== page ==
Occupy activists defiant in face of HSBC legal action
Members of Occupy Central, camped in open space beneath HSBC headquarters since last October, remained defiant yesterday in the face of possible legal action to remove them.
The anti-bank campaigners said they had no plans to leave the plaza and described HSBC's arguments in its application to the High Court to reclaim the space as unreasonable.
In a writ filed on Friday and made available yesterday, the bank asked the High Court to order that it is entitled to recover possession of the plaza because the campers have occupied the place without its consent.
Named in the writ are four defendants: 'occupiers of the ground floor of 1 Queen's Road Central', Mui Kai-ming - brother of late Canto-pop diva Anita Mui Yim-fong - Wong Chung-hang and Ho Yiu-shing. The legal action came after the bank posted a note late last month inviting the protesters to end their eight-month occupation.
The bank asks the court to specify a time and a date for it to reclaim the plaza. It also seeks permission to provide information about the application to the occupiers. People wanting copies would have to show their identity cards to bank staff
A 15-minute session is reserved for the application on July 16 before Master Katherine Lo Kit-yee.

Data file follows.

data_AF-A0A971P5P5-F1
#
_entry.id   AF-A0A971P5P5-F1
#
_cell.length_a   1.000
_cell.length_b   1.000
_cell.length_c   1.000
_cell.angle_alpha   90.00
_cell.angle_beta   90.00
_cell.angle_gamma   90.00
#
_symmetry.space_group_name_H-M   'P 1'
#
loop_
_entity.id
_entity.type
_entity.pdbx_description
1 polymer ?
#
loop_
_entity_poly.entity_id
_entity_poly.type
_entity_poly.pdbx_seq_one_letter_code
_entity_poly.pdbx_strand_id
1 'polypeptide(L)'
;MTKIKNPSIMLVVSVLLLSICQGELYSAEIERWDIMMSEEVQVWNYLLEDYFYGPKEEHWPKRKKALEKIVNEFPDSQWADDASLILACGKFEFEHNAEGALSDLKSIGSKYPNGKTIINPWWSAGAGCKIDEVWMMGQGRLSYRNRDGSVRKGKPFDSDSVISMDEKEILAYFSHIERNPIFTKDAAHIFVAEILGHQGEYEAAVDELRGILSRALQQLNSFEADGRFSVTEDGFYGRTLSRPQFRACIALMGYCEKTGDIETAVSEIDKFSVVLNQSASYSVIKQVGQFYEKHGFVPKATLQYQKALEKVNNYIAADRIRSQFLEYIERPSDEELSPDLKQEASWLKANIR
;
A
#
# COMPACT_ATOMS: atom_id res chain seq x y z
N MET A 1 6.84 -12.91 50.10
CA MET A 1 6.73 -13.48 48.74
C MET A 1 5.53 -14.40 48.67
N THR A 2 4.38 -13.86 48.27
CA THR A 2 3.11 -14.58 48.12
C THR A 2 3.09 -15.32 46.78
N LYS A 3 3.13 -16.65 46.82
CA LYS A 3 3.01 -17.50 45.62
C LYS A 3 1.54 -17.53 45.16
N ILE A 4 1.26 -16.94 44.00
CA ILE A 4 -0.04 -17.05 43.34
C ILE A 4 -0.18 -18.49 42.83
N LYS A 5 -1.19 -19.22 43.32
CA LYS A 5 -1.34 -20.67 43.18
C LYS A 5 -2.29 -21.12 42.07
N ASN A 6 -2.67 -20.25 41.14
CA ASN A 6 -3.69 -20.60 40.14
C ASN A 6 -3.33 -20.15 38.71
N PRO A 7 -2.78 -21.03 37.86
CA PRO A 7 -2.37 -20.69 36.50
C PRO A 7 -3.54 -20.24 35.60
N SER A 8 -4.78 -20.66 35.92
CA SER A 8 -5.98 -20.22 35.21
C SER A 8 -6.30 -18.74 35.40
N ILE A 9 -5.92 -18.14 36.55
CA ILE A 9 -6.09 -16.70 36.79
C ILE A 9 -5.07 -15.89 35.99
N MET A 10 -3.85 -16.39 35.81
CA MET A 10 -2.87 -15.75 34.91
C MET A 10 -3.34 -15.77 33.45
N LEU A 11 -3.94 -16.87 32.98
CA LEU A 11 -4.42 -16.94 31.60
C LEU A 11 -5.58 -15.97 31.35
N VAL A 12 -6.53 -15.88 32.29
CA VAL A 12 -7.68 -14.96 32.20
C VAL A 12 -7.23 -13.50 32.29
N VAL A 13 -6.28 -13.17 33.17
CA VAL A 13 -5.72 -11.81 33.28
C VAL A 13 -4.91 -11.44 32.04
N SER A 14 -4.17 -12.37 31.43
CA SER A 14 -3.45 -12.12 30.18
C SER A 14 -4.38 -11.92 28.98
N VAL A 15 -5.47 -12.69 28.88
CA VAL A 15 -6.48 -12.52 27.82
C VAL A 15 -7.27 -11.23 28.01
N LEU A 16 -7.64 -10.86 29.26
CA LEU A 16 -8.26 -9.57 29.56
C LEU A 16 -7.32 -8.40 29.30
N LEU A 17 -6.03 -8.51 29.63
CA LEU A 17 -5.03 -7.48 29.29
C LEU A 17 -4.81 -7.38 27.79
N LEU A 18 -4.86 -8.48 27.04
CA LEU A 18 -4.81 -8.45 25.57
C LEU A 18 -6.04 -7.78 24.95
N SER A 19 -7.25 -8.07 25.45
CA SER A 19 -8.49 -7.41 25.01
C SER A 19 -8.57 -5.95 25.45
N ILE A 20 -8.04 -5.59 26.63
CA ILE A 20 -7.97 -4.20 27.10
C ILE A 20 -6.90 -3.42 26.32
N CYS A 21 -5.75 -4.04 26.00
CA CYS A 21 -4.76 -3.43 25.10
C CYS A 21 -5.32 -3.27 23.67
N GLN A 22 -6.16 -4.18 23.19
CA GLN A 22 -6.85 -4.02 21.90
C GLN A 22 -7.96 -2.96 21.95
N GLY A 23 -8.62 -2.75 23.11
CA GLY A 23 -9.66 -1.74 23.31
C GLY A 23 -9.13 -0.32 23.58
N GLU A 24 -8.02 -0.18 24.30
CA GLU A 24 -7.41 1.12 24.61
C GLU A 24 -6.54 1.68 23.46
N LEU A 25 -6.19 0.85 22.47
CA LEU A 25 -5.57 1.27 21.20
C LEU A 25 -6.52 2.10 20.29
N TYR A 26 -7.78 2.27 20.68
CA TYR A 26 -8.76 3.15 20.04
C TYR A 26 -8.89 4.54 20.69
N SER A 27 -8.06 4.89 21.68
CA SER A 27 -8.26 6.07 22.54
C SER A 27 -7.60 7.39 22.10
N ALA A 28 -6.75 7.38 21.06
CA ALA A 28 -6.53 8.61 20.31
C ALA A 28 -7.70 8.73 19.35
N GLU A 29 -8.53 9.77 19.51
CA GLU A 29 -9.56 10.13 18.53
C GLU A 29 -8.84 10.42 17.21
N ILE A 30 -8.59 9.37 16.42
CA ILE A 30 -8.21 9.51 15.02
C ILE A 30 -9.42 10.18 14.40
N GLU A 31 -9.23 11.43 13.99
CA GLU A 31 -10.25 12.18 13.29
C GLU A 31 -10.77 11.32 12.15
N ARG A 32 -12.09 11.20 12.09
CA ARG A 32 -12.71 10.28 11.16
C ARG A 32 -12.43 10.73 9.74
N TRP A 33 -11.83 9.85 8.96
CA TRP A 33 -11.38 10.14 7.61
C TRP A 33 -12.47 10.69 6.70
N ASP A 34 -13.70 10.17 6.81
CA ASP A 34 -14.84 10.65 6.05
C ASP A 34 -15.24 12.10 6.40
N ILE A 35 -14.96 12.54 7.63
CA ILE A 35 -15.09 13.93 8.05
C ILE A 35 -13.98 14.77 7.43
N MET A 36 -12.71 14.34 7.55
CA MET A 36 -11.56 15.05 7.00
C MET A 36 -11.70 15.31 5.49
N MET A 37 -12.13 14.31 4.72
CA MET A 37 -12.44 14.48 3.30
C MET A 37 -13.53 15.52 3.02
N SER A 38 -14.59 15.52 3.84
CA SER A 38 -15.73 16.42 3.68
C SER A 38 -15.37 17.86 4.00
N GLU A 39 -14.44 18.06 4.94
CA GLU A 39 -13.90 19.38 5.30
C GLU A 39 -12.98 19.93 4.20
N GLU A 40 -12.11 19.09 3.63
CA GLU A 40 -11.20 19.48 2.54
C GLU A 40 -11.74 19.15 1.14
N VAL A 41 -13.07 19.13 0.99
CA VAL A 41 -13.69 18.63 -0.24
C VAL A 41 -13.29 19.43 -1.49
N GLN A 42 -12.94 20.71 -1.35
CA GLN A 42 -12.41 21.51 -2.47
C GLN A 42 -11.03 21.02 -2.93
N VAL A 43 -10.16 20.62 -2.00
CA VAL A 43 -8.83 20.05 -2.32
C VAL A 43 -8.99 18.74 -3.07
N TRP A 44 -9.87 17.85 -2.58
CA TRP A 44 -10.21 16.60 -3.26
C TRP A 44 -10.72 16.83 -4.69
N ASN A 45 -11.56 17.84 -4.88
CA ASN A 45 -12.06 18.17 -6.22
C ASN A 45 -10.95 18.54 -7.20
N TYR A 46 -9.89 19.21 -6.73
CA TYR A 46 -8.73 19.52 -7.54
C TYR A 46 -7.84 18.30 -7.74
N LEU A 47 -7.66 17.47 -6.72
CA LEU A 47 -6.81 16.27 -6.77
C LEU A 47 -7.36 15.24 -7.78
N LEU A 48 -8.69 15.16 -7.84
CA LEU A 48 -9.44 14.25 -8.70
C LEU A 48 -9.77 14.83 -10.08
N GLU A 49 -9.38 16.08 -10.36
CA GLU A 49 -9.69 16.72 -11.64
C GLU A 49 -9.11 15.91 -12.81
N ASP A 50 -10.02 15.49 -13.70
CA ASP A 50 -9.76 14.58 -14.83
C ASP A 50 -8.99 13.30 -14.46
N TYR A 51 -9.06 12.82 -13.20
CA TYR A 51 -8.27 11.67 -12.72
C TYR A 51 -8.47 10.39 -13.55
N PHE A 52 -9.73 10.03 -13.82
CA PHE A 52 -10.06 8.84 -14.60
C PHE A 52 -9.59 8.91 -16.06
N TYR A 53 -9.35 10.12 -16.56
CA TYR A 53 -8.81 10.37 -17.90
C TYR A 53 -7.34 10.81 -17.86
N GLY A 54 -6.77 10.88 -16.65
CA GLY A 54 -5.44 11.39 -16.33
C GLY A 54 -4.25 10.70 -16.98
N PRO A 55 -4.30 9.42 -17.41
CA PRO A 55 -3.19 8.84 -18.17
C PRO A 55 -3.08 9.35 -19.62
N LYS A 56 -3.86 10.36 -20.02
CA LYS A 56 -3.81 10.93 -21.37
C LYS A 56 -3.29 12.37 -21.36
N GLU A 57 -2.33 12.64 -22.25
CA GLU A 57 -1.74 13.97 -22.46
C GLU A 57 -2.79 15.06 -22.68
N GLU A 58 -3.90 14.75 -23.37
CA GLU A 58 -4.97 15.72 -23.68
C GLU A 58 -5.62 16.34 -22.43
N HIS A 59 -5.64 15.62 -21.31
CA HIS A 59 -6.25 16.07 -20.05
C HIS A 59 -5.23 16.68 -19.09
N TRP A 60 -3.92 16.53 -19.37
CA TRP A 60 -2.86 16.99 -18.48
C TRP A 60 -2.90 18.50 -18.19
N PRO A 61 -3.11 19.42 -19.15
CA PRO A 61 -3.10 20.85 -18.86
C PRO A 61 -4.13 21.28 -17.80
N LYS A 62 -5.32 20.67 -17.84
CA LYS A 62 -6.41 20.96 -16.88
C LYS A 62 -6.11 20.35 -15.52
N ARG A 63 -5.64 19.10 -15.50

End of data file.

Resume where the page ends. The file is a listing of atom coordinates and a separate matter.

The plaza is the bank's private property but it was designated a public passage in an agreement with the government in 1983.
In a statement submitted to the court, the bank said the occupation posed 'a number of safety issues over which the plaintiff has limited control'. Hygiene was deteriorating and members of the public might feel uncomfortable in the area, it said.
But occupier Leung Wing-lai said it was unreasonable for the bank to raise these concerns now. 'The number of occupiers has dropped significantly. Now it's actually easier for us to manage. If they're talking about hygiene issues, they should have been more concerned at the beginning of the occupation.'
Ho said he hoped the bank would allow occupiers to at least retain some space in the plaza.
Mui said he had erected a wire hut in the plaza in August in protest against the refusal by the bank - trustee and executor of his sister's HK$1.5 billion estate - to pass the money to his mother.
'It is a public space. The bank has no right to order us to leave. It can't do that,' Mui said, adding that he was thinking of filing a counterclaim.
Occupy Central participants issued a statement last week saying they would not leave. About 20 tents were still in the space yesterday afternoon, but they were largely empty.